Thursday, 22 April 2010

The Customer is the Key

At university my degree entailed a heavy amount of theoretical standpoints about advertising, the media, and cultural consumption. From the dated Marxist notion of capitalism to postmodern notions of psychoanalysis and emotion, these theories have played a huge part in my understanding and analysis of our contemporary consumer culture.
The consumer is increasingly becoming the most powerful figure in the world of integrated communications. I like to think of the consumer as the Queen on a chessboard - the most influential piece, threatening the decisions and moves of the others. If advertisers make a wrong move then the game could be over.

The key is understanding the customer's journey in order to deliver a more targeted and relevant delivery. With the visually saturated world that the digital phenomenon has evoked, simply creating eye-catching ads on any platform particularly online is not enough to keep consumers engaged. Creative brand experiences should be implemented after the first point of contact with an ad in order to support the communication strategy. One element I believe to be key in fulfilling this role is blurring the boundary between fantasy and reality. Creating an experience which takes the fantasy concept from the TV or online and making it a physical experience in the everyday life of consumers. In addition, consumers should be given a motive to interact and engage with brands to create an emotional and personal drive. The Nike Human Race (North vs South) is a great example of this .

It is important to keep the consumer engaged at every point if contact with a brand to build a strong connection and to facilitate a conversation between individual consumers and consumer clusters who share the same values, ideas and beliefs.

Wednesday, 14 April 2010

'Twinfomercials' a twitteriffic idea?

Like with any new advance or feature in the digital world Twitter has attracted mass debate. Even more so now with its introduction of advertising. Since its launch in 2006 Twitter has yet to real in any profit, but the time has come for Twitter to raise its bar. Competition in a sea of hungry social media has meant that Twitter needs to generate money to add more features and keep it as a main player in social media.

My initial reaction was quite neutral if I'm honest, I don't really see what major harm ads on Twitter will do. There are a number of formats for advertising on Twitter which vary in levels of intrusiveness. Some examples include the following:

Sponsored Tweets - Tweets would appear in your stream with a text-based ad and link.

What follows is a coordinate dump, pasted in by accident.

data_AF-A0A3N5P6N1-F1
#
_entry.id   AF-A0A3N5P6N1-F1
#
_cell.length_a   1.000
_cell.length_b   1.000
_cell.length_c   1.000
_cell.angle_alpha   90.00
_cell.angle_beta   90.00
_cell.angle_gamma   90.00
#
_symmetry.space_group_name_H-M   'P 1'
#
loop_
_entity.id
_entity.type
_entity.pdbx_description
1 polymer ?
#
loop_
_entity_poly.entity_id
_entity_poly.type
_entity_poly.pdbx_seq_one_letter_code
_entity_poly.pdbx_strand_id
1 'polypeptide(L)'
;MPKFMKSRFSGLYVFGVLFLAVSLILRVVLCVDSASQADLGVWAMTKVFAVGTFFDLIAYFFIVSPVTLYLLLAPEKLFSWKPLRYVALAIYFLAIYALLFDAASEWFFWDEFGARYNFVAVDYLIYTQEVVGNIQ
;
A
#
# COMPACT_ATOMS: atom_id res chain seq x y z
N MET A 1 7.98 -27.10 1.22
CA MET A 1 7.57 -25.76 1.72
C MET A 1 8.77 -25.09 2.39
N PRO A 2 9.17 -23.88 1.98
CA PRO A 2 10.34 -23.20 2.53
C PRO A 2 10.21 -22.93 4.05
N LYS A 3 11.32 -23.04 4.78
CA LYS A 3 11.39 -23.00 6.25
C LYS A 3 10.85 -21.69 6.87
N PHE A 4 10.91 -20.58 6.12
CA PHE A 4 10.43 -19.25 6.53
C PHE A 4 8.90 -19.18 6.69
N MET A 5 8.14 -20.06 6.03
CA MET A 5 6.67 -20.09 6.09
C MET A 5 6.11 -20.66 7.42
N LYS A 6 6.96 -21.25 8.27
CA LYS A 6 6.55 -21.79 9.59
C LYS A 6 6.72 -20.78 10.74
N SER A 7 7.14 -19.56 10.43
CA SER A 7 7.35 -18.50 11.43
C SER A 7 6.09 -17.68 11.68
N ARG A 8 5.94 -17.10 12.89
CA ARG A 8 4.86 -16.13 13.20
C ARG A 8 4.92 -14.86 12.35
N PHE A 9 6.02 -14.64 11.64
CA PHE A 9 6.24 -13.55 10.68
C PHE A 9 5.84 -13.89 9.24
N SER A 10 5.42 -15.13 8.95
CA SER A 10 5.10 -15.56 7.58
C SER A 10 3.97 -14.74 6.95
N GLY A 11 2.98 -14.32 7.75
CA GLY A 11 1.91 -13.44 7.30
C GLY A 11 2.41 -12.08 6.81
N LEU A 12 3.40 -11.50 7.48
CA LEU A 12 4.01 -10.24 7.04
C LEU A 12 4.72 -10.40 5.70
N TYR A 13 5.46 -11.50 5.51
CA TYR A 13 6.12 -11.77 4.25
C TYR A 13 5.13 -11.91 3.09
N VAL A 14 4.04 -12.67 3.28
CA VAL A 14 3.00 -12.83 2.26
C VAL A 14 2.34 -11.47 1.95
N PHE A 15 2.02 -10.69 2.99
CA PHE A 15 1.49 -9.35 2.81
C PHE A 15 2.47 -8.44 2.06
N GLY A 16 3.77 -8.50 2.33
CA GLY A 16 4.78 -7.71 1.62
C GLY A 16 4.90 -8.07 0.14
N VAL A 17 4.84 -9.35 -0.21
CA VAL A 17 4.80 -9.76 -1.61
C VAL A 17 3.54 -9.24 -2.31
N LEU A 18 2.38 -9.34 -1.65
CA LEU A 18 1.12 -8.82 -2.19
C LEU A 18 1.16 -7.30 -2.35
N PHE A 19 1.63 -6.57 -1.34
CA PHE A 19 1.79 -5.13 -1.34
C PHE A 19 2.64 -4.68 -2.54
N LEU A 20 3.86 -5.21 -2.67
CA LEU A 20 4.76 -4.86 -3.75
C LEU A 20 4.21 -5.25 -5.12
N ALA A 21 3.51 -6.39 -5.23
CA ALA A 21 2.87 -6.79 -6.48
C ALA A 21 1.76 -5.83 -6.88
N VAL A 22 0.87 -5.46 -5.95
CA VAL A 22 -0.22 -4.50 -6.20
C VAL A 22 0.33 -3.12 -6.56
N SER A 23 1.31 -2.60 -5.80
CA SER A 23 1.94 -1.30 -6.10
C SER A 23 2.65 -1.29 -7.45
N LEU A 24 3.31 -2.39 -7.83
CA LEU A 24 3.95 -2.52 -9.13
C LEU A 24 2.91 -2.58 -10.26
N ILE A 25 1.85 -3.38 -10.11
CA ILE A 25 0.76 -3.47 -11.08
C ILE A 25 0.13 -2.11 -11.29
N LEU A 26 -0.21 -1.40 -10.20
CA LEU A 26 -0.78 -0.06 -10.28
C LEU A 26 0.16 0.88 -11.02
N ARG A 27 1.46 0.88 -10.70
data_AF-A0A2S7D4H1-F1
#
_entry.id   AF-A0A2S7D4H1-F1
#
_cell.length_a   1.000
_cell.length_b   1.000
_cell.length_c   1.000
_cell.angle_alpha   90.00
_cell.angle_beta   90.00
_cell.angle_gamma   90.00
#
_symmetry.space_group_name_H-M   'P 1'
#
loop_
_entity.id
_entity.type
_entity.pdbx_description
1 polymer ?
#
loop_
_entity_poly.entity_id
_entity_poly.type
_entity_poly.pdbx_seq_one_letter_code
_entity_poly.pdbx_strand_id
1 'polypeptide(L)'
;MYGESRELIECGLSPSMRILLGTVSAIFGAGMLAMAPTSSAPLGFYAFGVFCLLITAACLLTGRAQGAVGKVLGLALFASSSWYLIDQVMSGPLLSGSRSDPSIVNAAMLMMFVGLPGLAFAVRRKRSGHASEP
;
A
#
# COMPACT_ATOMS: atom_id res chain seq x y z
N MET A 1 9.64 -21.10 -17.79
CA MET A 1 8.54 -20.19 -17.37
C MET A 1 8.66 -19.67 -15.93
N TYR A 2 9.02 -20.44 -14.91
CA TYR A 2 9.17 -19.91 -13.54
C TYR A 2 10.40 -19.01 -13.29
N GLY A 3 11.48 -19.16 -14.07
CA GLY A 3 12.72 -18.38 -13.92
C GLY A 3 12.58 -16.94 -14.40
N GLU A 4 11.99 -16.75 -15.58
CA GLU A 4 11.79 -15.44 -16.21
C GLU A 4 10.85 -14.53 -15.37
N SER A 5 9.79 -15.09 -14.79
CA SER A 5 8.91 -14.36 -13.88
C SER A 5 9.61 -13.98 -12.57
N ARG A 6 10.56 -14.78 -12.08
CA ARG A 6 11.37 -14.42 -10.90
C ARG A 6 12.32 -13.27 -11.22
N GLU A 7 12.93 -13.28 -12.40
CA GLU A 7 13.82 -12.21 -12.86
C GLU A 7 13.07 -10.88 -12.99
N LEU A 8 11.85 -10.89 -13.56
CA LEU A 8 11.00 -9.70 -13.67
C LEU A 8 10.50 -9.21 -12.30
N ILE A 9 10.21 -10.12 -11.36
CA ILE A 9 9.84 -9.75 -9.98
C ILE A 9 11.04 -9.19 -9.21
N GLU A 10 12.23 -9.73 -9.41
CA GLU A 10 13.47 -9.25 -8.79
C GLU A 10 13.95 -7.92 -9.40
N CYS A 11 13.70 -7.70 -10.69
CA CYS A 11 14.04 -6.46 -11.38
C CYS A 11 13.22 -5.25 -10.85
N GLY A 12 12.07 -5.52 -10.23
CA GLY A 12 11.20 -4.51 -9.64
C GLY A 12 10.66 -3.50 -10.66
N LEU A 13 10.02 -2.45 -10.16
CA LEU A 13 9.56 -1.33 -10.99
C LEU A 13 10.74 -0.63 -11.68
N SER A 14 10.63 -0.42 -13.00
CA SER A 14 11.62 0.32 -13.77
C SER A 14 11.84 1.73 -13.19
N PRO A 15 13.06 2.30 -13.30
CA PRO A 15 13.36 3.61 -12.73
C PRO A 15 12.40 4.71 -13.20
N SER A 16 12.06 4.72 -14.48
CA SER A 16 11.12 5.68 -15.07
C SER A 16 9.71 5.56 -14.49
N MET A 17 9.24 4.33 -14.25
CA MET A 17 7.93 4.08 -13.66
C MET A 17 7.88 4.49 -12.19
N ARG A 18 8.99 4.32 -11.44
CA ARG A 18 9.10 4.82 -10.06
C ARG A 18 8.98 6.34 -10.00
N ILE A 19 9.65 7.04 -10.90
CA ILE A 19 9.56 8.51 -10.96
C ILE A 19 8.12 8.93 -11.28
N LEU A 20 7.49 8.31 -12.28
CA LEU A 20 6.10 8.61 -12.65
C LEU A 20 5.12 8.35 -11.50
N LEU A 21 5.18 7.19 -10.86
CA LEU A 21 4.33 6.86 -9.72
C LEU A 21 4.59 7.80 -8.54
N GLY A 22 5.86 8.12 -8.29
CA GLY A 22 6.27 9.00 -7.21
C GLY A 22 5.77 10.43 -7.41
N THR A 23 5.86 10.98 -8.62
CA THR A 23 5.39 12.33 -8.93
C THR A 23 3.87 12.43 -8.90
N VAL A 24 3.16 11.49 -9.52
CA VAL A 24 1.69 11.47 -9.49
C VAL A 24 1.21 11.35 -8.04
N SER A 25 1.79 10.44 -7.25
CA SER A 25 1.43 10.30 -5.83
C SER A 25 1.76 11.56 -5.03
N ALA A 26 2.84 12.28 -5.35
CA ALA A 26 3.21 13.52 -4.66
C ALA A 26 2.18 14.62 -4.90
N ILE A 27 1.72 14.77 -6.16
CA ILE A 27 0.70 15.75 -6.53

On-Page ads - areas on the Twitter home page to place spot ads (a web page or banner ad)
Mobile ads - adding a small sponsored ad to the end of a mobile twitter text.

Obviously if Twitter users have opted to receive mobile Twitter texts then they should have the right to choose whether they receive ad-free texts, but the problem with this is surely the majority of people will opt out of Twiiter texts with ads. Undoubtedly then Twitter will have to make ads on its homepage and stream feed compulsory if brands are to witness ROI from their ads placed within Twitter.

However I am struggling to understand how ads for brands and businesses will work effectively as surely such brands will have to have a large fan/follower base for users to actually see their ad. Will this method only target consumers who are loyal to the brand and a follower of them on Twitter? What about targeting new consumers? I think if the new strategy is to work then Twitter should use its homepage to leverage brand Tweets and ads, but this still fails to overcome users who are constantly logged in to their twitter account and do not need to navigate through the Twitter homepage.

Due to Twitters informative and snappy nature I do believe that branded Tweets and ads could definitely add value to businesses and brands but do not believe that Twitter ads will be a long term strategy for brands and advertisers. As more brands warm to the use of Twitter as a marketing strategy in a shift towards going digital, I can see competition for placing ads on Twitter increasing in the near future. I hope that Twitter doesn't become too corporate and greedy. Twitter should remember its growth to success in its early days: the public! Don't forget your grass roots Twitter!